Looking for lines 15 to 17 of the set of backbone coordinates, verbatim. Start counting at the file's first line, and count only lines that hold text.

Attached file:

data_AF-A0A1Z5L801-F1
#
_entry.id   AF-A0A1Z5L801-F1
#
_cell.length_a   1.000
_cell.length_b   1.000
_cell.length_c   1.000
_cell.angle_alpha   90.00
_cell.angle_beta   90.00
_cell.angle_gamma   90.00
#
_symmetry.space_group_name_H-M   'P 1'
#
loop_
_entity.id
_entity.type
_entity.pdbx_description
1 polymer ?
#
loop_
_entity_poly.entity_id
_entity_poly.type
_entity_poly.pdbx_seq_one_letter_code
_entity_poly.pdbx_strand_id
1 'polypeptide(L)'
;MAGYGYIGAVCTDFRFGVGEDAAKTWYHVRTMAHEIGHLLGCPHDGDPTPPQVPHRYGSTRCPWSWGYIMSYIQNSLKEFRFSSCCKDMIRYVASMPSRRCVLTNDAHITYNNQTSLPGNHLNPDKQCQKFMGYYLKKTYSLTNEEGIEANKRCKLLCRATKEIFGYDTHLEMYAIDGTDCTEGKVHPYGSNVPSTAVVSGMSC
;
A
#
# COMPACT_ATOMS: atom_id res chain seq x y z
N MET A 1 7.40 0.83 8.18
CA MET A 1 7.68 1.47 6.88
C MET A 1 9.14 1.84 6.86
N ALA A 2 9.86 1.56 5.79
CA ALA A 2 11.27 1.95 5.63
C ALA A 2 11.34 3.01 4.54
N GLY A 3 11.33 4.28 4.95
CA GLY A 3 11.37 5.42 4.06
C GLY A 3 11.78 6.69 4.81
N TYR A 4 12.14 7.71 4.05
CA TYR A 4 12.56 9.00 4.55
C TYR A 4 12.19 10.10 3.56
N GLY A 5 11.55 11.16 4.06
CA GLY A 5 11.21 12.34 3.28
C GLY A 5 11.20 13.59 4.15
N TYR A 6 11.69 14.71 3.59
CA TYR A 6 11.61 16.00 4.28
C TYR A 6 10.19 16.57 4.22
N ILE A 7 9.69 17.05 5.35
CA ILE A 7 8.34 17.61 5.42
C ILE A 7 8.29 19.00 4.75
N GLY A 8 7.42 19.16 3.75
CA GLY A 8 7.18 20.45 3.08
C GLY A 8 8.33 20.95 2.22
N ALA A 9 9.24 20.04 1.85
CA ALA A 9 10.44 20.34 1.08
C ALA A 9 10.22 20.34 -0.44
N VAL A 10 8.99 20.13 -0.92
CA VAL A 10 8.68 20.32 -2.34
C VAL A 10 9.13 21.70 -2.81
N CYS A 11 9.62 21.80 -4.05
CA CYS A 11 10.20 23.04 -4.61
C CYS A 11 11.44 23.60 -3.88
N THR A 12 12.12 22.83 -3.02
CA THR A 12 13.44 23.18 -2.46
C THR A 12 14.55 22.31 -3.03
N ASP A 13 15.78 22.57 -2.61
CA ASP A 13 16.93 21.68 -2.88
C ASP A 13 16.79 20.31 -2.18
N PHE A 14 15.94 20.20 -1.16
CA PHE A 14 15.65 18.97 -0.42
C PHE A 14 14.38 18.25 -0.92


_entity.id
_entity.type
_entity.pdbx_description